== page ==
I’ll put any spoilers (such as they are, more on that in a moment) behind the cut, but suffice it for now to say that I HATED this movie.
So Saturday after our indulgent spa thing (which was lovely & I am all bright and shiney and glowy now) Jeff and I went to Shaba Shabu (ed note: turns out the name is actually Shaba Shabu … we’d been thinking it was Shabu Shabu and pronouncing it [accordingly] incorrectly) for a nummy dinner on the Thai side (first time there, as usally we do the Japanese side).
Then, as it was still early, we decided to go see The Butterfly Effect:
I hated this movie. Hated it so much I got up and walked out, which I’ve only done 3 or 4 times in my entire life.
Based on the previews, I’d gotten the impression that the main plot was going to be something about the Ashton Kutcher character (hereafter referred to as AKC) discovering that he can travel through time after something horrible, like an auto accident, happens to AKC’s girlfriend. Then you start getting into the paradoxes of time travel and the butterfly effect and every time AKC tries to fix it, something else goes wrong.
Well, I was right about the time travel part.
Here’s the spoiler part:
It turns out that in his childhood, AKC was subjected to lots of abuse, of many different types. His Dad, who is crazy and in an institution, tries to kill him the first time he meets AKC; and a”friend of the family,” who is entrusted with AKC’s care, films kiddie-porn starring AKC and the sister of a character I’ll call Mean Boy (MB), ’cause I don’t remember his name. Perhaps most disturbingly (can I really say that after already telling you his own dad tried to kill him and he was put in kiddie porn by a family friend?), MB is psychotic. Not crazy funny, ha ha, but mad in a wants-to-hurt-everyone-and-everything-around-him kind of way. Amongst other charming bits are scenes where MB burns AKC’s dog alive and beats AKC into a pulp.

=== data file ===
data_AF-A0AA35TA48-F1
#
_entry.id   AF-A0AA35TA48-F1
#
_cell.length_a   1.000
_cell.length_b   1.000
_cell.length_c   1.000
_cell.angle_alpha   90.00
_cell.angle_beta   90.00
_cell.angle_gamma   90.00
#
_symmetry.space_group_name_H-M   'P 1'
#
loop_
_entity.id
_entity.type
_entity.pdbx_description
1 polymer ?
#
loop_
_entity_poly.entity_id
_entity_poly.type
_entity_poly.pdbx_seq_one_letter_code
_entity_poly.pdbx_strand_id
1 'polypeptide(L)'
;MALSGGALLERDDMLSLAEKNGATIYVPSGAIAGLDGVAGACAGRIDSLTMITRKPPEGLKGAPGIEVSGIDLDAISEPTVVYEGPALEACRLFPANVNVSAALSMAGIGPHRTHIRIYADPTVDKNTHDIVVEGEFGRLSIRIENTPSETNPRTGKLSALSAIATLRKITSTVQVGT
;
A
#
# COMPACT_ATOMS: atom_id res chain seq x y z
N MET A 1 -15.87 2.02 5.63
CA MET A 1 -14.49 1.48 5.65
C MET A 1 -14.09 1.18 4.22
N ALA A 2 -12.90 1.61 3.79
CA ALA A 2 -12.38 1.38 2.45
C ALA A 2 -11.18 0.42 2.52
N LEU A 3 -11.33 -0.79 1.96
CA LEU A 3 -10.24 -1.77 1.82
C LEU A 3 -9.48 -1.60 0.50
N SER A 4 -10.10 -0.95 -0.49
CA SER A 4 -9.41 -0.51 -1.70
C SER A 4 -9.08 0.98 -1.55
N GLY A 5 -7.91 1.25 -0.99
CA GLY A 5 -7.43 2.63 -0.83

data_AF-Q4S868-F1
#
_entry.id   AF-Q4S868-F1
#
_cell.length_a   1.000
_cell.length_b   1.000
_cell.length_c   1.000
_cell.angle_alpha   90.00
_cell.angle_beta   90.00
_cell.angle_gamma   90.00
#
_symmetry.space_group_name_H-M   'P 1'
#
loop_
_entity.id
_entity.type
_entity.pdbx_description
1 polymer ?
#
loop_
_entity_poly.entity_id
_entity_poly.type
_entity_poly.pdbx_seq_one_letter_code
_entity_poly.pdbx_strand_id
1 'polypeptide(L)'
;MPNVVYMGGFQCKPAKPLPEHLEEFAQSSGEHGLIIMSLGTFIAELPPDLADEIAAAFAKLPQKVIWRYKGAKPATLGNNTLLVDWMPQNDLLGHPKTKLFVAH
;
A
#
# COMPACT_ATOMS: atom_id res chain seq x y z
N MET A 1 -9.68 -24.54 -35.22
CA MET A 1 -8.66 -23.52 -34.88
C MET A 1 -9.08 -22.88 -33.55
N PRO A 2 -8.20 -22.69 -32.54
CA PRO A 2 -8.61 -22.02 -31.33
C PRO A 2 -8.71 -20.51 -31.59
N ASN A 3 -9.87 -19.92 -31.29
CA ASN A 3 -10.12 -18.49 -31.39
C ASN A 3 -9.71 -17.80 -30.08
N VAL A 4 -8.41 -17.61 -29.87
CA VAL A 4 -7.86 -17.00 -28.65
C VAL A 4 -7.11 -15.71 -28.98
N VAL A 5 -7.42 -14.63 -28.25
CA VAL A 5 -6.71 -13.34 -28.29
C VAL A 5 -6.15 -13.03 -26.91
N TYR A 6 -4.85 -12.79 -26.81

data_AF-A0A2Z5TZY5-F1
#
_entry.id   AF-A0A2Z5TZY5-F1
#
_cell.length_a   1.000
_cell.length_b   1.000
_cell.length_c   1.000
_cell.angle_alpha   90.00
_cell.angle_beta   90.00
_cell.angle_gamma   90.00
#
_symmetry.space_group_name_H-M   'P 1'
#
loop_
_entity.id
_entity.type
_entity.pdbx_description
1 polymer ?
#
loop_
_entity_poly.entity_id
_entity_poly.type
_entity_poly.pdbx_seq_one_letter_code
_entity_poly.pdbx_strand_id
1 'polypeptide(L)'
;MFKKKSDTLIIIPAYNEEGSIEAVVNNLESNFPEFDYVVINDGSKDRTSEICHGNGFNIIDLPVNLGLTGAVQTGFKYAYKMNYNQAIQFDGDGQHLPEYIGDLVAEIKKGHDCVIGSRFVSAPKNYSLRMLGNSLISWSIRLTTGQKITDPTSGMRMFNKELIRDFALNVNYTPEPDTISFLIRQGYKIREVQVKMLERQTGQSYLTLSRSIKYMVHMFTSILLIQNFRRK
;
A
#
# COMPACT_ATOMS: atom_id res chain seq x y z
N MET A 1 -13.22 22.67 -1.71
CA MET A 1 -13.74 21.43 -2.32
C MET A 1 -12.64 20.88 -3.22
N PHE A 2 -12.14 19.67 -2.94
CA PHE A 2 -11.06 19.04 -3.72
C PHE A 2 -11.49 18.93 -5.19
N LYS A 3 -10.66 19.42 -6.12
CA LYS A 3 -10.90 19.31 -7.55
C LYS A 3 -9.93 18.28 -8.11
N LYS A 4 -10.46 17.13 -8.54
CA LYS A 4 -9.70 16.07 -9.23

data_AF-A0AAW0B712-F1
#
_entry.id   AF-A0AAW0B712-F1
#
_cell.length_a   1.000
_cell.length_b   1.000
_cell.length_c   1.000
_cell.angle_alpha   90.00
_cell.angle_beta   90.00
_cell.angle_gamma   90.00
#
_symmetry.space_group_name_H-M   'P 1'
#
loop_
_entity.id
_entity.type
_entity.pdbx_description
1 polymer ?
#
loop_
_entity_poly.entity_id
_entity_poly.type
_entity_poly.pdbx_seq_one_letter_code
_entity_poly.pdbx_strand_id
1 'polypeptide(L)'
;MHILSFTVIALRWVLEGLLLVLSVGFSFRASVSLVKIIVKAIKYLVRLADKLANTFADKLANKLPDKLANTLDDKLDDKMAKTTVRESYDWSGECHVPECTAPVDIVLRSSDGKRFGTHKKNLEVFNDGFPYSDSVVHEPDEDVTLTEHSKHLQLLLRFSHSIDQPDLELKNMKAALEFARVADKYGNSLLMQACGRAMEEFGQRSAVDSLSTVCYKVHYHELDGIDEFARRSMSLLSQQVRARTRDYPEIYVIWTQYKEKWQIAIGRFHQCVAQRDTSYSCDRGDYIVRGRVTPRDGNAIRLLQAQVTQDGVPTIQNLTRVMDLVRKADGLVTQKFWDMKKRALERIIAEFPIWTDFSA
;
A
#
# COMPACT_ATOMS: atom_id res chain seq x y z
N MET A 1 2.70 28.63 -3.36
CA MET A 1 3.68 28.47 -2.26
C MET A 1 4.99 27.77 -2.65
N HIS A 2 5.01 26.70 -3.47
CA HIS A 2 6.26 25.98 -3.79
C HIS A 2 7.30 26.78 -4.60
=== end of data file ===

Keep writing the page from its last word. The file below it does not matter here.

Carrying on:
AKC has blackouts (not all that surprising, considering), and as the movie begins to unfold (and AKC tries to figure out why he has blackouts) we see more and more of what happens in the scenes above.
And that’s when I had to leave. It was very upsetting, for a lot of reasons. Having experienced trauma-induced blackouts myself, I couldn’t watch him experience them without sort of “going there” myself.
I also don’t like watching people be evil. That’s a bit of an oversimplification, but it’s close. I guess the real thing is that I don’t like real people who are really disturbed really wanting to hurt people*. Being possessed by demons or aliens is OK, as are non-human evils like poltergeists (of the evil type) or terminator robots. And as terrible as they are, I can watch movies with “natural disasters” (floods, sinking boats, burning buildings). But there’s something about watching people be eveil that just crosses a line for me. It hits too close to home to see psychotic people trying (and succeeding) to hurt other people.
So about 30 minutes into the movie, I had to leave. I’d already looked over at Jeff several times and said that I didn’t like it, but initially when he asked me if I wanted to leave I said “no,” as I thought it was going to get better. It didn’t get better.
By the time I decided to leave I was shaking… I couldn’t get out of there fast enough. I almost ran out of the theater and it took me a good half hour (and the better part of a Dairy Queen Blizzard, which almost always helps) to calm down.
Now obviously, there was a lot more going on than a disturbing movie, and I bet a lot of people (whose baggage is perhaps, not marked with the same “Been there” stickers as mine) will really enjoy the movie.
I hated it though. Just hated it.**
* Yes, I know it’s a movie, but you know what I mean.
** There may have been some “redemption” somewhere, but, of course, I didn’t make it that far…